Tuesday morning I woke up to reports of impending snowmageddon. I looked at the weather app, it said six to 10 inches. I looked out the window, it was gray and raining.

When I came out of the bedroom to make a shot of espresso I commented to my wife, “Looks like some serious 10-inch snow storm is coming.” Ever the positive realist she replied, “WGN changed it, now it’s only 2-3, no big deal.”

I looked at my app again, it hadn’t changed. I scrolled down to the radar, the system was huge, and full of swirling colors out of the south. It looked complicated and beyond my ability to predict.

As I was driving my son to school the first snow flakes were drifting through the air; when I left the Y an hour later it was all snow. By the time you read this you will know who was right. Either we got 10 inches of snow, or my wife was right and will have said I was being dramatic. A clear no-win situation.

The scenario is a whimsical, low-risk microcosm of the situation evolving with the Wuhan coronavirus. Like a complicated weather system, the coronavirus situation is fluid, confusing and subject to a wide range of interpretation and potential outcome. A little less than a month ago I wrote about this topic. At the time the official toll said 4,400 people had contracted the illness. I compared the outbreak to the SARS pandemic in 2003, and suggested using this situation as a frame of reference. I was wrong.

Tuesday morning, the official number of people who have contracted the coronavirus is 80,347. The death rate of the illness is 3.3%. The official recovery rate is 34%. The level of human suffering being experienced in China is beyond anything I have ever observed as tens of millions of people remain under government enforced quarantine. There are now material pockets of infection on three continents. This is way beyond the scope of SARS.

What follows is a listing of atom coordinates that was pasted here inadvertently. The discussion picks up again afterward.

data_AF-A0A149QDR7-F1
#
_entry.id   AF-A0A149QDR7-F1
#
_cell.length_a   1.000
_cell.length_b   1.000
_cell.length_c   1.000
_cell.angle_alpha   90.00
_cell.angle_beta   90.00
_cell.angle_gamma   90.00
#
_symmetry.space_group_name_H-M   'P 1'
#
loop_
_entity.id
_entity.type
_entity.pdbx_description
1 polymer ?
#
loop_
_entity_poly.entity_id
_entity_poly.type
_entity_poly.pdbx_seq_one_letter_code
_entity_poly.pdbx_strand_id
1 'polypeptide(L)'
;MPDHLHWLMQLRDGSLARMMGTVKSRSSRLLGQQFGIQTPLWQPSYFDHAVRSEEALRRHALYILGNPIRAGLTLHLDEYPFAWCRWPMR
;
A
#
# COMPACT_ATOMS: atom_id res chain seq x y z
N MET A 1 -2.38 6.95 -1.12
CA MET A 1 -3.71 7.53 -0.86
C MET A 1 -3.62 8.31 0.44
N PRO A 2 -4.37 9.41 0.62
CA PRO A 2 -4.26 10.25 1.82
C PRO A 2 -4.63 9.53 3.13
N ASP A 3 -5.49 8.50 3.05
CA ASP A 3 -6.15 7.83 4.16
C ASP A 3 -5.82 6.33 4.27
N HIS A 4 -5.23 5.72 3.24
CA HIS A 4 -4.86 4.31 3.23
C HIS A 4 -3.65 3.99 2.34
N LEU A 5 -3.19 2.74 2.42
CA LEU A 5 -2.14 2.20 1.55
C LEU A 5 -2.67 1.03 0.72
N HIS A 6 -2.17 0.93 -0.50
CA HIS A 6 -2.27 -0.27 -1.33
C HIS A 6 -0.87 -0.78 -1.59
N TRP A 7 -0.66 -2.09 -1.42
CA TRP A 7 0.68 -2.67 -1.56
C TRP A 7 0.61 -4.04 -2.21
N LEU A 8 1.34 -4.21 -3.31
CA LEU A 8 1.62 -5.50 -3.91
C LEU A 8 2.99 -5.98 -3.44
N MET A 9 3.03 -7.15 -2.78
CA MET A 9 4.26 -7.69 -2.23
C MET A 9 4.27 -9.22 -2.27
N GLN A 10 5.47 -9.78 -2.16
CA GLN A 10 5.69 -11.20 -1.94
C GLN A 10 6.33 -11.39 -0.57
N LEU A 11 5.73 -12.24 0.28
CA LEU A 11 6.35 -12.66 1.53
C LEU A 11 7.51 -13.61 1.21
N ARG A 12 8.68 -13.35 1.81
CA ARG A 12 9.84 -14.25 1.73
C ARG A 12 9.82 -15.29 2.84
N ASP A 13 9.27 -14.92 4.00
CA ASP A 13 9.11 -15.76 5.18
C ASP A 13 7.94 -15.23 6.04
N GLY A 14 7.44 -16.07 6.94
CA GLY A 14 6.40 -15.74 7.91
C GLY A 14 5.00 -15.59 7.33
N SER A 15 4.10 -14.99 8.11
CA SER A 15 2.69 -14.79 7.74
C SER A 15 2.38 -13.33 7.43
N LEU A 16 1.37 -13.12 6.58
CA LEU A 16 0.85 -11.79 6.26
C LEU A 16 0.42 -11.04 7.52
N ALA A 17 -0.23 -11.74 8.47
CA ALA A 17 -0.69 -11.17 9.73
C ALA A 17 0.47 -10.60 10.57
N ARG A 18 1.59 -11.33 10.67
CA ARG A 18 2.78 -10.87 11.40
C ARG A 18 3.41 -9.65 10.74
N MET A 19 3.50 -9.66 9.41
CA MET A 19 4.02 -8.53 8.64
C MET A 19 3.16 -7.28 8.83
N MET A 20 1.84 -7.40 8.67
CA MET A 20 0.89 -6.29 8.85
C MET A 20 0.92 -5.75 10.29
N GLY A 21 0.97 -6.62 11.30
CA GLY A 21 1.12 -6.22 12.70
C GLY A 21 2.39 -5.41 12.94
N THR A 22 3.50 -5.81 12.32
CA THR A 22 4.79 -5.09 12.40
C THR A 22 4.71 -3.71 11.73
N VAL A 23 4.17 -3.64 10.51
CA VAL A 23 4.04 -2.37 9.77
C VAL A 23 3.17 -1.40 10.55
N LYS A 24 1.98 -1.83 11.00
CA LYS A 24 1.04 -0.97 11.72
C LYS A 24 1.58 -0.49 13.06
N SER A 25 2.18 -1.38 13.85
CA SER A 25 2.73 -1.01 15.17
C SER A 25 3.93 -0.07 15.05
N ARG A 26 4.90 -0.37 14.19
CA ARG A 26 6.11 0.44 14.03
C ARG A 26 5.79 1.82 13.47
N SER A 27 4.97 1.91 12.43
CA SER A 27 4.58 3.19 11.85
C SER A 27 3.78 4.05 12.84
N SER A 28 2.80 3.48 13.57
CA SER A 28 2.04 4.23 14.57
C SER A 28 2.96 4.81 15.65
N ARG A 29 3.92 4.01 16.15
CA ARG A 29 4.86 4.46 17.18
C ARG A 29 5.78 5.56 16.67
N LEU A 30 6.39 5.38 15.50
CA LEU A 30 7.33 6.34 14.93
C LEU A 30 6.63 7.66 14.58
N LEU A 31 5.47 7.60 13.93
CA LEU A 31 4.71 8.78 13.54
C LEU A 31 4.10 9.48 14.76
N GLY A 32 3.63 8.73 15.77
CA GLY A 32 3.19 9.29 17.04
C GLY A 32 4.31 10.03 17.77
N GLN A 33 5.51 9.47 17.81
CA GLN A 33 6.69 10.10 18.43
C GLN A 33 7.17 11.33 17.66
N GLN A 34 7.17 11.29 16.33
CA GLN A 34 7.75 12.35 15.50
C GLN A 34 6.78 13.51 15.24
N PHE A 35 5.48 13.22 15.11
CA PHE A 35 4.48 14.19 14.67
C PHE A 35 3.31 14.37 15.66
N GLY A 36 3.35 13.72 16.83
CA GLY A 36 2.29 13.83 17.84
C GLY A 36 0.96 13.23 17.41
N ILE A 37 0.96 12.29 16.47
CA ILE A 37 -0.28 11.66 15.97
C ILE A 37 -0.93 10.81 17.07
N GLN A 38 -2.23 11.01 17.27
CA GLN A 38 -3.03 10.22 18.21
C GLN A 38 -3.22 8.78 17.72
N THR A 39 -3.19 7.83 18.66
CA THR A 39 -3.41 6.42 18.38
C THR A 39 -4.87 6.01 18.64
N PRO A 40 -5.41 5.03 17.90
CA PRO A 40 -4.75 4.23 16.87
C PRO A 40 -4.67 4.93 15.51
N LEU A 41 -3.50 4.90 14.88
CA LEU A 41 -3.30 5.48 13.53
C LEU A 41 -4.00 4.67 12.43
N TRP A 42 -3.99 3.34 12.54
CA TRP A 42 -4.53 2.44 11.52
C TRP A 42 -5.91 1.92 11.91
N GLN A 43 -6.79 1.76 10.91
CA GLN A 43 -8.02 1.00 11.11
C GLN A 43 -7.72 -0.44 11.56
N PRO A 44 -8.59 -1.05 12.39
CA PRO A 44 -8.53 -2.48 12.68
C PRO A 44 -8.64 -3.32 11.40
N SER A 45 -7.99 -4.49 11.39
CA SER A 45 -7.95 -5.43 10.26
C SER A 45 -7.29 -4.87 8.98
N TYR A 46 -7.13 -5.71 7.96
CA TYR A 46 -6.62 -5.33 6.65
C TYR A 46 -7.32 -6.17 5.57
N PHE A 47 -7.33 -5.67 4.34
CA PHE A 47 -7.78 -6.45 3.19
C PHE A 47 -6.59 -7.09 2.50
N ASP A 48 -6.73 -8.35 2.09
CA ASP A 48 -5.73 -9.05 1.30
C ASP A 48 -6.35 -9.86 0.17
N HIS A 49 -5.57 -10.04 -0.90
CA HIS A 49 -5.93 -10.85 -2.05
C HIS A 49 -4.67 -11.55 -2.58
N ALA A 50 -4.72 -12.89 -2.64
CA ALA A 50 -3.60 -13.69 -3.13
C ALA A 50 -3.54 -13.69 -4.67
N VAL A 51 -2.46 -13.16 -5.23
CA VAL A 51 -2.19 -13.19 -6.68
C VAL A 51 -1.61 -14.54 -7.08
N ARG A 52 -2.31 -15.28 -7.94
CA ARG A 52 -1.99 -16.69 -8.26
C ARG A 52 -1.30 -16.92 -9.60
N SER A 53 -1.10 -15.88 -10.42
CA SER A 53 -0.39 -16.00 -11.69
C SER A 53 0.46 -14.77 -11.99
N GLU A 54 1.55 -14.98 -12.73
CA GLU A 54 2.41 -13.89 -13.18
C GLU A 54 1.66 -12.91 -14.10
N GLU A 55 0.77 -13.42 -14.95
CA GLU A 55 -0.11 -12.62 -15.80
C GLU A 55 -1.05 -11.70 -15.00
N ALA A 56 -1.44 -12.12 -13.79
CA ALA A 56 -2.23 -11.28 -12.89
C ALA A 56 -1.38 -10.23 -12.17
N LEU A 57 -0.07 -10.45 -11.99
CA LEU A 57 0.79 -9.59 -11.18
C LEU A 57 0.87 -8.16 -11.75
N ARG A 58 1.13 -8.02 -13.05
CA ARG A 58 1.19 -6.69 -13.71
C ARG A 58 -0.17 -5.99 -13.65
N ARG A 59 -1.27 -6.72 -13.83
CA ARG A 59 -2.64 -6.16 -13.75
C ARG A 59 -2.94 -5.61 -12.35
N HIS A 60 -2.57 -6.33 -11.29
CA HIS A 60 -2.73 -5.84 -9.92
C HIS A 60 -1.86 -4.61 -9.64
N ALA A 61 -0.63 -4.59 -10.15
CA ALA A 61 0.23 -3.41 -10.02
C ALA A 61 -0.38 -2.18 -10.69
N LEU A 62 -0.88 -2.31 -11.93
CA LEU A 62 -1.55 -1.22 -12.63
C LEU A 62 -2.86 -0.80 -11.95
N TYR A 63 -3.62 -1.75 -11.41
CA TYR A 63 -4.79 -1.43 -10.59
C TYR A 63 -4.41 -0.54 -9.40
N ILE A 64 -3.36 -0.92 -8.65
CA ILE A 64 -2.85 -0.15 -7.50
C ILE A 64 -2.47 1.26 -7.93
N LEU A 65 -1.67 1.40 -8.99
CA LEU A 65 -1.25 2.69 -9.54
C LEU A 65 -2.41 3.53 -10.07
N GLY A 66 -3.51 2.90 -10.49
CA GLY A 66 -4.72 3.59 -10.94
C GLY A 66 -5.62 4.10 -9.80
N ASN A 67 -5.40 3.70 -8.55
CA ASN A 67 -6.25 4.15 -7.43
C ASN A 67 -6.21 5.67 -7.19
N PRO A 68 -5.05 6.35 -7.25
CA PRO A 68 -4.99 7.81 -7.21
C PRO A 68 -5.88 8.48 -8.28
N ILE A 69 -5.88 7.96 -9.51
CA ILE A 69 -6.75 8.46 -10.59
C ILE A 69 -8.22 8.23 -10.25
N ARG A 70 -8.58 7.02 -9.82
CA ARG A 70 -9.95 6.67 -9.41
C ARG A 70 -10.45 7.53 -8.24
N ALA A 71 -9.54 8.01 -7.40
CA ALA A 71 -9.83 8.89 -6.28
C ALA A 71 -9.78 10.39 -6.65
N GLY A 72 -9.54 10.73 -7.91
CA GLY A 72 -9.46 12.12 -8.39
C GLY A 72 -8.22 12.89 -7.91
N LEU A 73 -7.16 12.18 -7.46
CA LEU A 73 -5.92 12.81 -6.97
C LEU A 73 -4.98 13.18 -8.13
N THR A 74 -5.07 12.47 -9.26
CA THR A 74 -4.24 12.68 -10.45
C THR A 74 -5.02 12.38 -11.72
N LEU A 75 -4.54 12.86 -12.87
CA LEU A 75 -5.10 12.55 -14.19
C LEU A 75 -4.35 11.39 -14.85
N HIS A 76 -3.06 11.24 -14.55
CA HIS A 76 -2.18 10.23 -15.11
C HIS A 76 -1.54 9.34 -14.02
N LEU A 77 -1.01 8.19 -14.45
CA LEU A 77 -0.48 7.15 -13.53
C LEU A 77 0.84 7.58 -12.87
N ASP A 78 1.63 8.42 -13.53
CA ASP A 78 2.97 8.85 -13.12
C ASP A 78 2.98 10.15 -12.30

If you regularly read my column then you know I am quick to jump on the the Federal government’s case, regardless of which party is in control, to blame it for all sorts of messes. In this situation however, the U.S. government deserves nothing but praise. In my opinion our government reacted quickly, and has done an excellent job keeping illness rates in the nation low and under control.

Unfortunately, with the virus gaining steam in Europe, this herculean task will likely become impossible. Even now, however, the American CDC is working to get ahead of what is coming and with our high capacity, highly professional health care system I have faith America will be ready.

The entire situation, however, is now literally unprecedented and full of unknown unknowns. Financial markets don’t deal well with unknown unknowns. The stock market early this week began coming to grips with the full range of coronavirus scenarios. The result was, of course, a sell off.

So, am I being dramatic? Maybe, but maybe not. I have come to the realization SARS is not an appropriate frame of reference, but I have also come to the conclusion that neither is the “the flu.” This pandemic is something new, and the range of outcomes are broad and at this point unknowable with existing information.

As investors in a global economy I believe fortitude will be required while this situation evolves. Even with this week’s volatility it's not too late to fine tune your risk level if needed.

Remember, stocks are long term investments, but in order to realize the benefit of long term growth, we have to endure short terms like this, and it is OK to make course corrections. As investors and human beings, I believe it's always best to be aware and be prepared.

Opinions are solely the writer's and are for general information only and are not intended to provide specific advice or recommendations for any individual. Stock investing involves risk, including loss of principal. Marc Ruiz is a wealth advisor and partner with Oak Partners and registered representative of LPL Financial.  Contact Marc at marc.ruiz@oakpartners.com.  Securities offered through LPL Financial, member FINRA/SIPC.